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International Journal of Electrochemistry
Volume 2011, Article ID 563427, 10 pages
Research Article

Photoelectrochemical Stability and Alteration Products of n-Type Single-Crystal ZnO Photoanodes

1Department of Materials Science and Engineering, The University of Tennessee, Knoxville, TN 37996, USA
2Materials Science and Technology Division, Oak Ridge National Laboratory, Oak Ridge, TN 37831-6197, USA
3Center for Radiation Detection Materials and Systems, Oak Ridge National Laboratory, Oak Ridge, TN 37831-6056, USA
4Chemical Sciences Division, Oak Ridge National Laboratory, Oak Ridge, TN 37831-6119, USA

Received 24 November 2010; Accepted 22 January 2011

Academic Editor: Shen-Ming Chen

Copyright © 2011 I. E. Paulauskas et al. This is an open access article distributed under the Creative Commons Attribution License, which permits unrestricted use, distribution, and reproduction in any medium, provided the original work is properly cited.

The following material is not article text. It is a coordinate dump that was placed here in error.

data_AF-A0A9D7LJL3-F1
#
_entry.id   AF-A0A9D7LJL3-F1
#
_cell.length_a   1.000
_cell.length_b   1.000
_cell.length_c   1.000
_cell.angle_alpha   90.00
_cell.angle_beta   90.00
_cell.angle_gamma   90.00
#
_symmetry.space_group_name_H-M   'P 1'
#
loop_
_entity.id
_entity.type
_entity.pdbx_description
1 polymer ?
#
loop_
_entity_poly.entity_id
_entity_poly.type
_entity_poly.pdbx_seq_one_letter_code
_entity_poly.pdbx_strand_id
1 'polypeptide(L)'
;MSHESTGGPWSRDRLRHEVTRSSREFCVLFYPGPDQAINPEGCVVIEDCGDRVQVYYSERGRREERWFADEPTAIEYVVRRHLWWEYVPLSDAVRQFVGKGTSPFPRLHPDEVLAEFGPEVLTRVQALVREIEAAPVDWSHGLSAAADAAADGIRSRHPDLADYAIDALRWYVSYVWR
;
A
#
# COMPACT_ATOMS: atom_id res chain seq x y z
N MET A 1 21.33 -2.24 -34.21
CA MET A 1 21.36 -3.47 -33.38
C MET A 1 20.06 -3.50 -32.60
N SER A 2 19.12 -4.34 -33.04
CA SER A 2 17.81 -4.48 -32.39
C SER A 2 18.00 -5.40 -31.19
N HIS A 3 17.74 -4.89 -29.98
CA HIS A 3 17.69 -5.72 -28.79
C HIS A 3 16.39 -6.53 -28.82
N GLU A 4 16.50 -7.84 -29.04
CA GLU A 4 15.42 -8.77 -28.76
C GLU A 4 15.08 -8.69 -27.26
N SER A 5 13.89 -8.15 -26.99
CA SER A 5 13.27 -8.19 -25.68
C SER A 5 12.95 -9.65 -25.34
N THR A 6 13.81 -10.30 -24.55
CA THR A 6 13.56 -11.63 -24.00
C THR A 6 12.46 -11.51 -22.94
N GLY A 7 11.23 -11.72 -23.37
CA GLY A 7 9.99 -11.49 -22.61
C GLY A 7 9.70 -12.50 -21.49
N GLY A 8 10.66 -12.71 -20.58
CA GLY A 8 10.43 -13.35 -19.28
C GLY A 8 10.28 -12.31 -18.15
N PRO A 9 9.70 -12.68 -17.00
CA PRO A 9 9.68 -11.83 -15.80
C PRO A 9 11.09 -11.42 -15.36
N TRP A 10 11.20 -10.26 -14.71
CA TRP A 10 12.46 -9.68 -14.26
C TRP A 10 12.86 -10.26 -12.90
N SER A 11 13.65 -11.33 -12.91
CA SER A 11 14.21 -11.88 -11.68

The photoelectrochemical stability and surface-alteration characteristics of doped and undoped n-type ZnO single-crystal photoanode electrodes were investigated. The single-crystal ZnO photoanode properties were analyzed using current-voltage measurements plus spectral and time-dependent quantum-yield methods. These measurements revealed a distinct anodic peak and an accompanying cathodic surface degradation process at negative potentials. The features of this peak depended on time and the NaOH concentration in the electrolyte, but were independent of the presence of electrode illumination. Current measurements performed at the peak indicate that charging and discharging effects are apparently taking place at the semiconductor/electrolyte interface. This result is consistent with the significant reactive degradation that takes place on the ZnO single crystal photoanode surface and that ultimately leads to the reduction of the ZnO surface to Zn metal. The resulting Zn-metal reaction products create unusual, dendrite-like, surface alteration structural features that were analyzed using x-ray diffraction, energy-dispersive analysis, and scanning electron microscopy. ZnO doping methods were found to be effective in increasing the n-type character of the crystals. Higher doping levels result in smaller depletion widths and lower quantum yields, since the minority carrier diffusion lengths are very short in these materials.